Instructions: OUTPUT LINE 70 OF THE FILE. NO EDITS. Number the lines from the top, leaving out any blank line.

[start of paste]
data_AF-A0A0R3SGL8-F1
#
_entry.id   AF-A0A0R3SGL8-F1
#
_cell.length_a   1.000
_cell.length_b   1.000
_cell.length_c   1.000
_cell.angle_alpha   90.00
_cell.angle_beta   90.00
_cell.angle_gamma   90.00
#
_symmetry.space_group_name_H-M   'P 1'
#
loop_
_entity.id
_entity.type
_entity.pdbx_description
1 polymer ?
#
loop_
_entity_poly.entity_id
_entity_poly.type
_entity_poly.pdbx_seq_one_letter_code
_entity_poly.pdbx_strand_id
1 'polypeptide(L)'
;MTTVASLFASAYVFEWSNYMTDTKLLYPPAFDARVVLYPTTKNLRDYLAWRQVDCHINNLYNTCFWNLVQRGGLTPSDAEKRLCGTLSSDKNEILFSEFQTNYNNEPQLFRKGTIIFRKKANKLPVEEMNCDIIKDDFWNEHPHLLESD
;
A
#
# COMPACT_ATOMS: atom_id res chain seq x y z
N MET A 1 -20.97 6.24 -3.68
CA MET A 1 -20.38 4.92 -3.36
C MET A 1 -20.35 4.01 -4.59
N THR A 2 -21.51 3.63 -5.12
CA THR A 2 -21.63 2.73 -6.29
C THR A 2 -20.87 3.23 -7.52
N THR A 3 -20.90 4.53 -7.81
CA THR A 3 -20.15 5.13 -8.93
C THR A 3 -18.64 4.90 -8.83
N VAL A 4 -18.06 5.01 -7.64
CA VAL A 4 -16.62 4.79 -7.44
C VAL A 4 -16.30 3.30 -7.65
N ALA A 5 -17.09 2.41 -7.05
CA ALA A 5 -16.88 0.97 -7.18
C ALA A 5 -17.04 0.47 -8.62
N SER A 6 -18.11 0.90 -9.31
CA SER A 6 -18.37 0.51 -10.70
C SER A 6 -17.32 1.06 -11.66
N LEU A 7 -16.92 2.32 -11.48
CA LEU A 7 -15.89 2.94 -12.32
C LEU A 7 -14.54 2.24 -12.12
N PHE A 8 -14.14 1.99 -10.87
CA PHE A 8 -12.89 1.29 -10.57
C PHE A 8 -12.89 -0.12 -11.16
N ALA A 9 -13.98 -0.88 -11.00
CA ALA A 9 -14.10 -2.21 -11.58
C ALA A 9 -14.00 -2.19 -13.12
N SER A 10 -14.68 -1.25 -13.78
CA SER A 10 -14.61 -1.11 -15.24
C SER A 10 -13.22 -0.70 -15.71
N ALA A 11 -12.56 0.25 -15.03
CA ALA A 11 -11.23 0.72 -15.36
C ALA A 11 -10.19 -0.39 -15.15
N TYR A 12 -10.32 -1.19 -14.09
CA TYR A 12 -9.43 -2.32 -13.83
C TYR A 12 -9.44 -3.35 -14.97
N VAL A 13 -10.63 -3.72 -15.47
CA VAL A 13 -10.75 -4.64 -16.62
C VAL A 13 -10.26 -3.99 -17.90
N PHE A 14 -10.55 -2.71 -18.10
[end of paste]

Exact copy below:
N PHE A 14 -10.55 -2.71 -18.10